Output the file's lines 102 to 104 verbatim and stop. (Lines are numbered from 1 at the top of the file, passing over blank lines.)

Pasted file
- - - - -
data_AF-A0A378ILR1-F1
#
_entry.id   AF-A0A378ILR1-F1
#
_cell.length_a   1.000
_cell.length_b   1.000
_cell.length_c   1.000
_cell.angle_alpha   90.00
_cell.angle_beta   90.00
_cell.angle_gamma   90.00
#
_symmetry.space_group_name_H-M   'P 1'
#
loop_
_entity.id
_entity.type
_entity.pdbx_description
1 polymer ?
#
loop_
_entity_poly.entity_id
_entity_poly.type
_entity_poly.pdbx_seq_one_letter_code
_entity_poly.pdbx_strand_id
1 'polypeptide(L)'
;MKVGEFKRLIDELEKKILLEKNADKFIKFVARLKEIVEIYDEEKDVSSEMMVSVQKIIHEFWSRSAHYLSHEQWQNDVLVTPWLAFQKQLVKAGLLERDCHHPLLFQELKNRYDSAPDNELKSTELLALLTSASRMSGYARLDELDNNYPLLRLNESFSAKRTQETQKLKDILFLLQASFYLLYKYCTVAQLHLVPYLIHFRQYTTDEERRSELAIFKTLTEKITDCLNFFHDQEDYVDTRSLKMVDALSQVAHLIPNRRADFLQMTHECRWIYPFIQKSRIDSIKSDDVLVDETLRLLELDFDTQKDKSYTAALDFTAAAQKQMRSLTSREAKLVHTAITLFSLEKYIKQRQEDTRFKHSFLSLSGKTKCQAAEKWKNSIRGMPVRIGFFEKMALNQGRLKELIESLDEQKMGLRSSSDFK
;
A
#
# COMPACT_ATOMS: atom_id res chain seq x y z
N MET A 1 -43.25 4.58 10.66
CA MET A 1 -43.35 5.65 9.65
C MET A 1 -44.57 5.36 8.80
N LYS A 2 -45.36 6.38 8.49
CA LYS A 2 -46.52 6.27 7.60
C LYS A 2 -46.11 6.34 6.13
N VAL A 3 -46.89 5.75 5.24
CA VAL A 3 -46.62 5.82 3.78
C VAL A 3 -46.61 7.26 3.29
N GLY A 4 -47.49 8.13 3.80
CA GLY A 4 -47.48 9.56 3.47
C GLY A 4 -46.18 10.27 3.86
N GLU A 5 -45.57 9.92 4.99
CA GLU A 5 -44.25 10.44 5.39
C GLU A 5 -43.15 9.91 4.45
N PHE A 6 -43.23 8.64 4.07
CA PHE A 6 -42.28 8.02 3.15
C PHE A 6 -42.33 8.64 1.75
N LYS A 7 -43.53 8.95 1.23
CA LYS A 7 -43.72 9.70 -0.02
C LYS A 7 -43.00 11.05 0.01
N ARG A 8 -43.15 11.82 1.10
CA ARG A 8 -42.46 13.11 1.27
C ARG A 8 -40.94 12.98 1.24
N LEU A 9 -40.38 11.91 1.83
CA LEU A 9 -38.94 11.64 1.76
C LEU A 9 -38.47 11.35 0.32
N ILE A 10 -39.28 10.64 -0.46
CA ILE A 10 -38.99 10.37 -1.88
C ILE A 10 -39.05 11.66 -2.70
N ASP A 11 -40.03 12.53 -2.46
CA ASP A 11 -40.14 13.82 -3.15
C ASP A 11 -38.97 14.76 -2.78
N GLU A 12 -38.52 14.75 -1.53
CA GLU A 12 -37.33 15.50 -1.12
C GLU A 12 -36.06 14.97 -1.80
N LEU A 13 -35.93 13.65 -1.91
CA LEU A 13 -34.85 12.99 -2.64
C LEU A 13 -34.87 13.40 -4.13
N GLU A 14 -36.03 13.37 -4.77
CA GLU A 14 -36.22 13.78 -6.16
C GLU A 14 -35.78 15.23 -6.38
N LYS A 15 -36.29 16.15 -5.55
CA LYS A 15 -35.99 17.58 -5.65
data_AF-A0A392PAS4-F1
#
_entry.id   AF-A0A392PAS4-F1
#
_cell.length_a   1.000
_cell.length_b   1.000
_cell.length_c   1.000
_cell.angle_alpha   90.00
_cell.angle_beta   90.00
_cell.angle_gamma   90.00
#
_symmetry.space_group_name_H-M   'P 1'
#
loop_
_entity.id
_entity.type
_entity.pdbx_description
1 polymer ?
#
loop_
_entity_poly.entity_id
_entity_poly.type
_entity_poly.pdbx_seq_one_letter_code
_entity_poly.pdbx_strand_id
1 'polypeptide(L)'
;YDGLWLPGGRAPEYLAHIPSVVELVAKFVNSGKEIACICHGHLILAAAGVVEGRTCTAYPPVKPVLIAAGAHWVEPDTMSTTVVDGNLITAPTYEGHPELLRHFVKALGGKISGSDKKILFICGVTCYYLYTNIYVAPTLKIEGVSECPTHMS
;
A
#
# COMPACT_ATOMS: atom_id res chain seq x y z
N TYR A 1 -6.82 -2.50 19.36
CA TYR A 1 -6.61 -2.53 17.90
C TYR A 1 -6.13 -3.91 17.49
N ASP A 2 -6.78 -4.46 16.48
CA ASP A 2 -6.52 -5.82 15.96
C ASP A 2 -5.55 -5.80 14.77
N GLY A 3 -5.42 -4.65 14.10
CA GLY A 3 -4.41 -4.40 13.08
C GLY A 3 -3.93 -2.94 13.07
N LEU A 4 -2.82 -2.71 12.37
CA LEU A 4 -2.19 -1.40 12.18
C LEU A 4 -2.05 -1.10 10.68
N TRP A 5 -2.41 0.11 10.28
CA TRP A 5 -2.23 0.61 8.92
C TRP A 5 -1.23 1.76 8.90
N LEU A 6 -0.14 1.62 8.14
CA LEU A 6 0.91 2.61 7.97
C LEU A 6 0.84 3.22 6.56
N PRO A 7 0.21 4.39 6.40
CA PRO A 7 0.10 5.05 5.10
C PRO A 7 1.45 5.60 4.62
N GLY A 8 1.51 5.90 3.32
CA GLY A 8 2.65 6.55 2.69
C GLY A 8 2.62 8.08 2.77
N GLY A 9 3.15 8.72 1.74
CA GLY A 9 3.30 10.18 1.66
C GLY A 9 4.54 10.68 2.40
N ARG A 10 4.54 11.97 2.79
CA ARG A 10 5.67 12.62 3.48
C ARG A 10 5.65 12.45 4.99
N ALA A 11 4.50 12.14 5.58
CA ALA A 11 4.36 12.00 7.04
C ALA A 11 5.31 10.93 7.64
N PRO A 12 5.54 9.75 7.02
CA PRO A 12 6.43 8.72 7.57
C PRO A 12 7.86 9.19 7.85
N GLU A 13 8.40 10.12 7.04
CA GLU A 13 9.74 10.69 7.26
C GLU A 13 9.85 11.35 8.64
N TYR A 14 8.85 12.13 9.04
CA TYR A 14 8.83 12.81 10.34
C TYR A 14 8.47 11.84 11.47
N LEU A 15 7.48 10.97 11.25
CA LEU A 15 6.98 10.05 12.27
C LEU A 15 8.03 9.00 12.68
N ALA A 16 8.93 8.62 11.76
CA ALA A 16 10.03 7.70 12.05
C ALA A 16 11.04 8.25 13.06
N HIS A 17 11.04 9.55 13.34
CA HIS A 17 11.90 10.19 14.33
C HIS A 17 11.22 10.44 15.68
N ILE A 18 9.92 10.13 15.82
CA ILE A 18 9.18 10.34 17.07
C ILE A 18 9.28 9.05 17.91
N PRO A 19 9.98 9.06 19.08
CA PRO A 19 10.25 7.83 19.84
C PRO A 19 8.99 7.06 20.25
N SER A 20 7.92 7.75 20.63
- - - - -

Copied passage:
A
#
# COMPACT_ATOMS: atom_id res chain seq x y z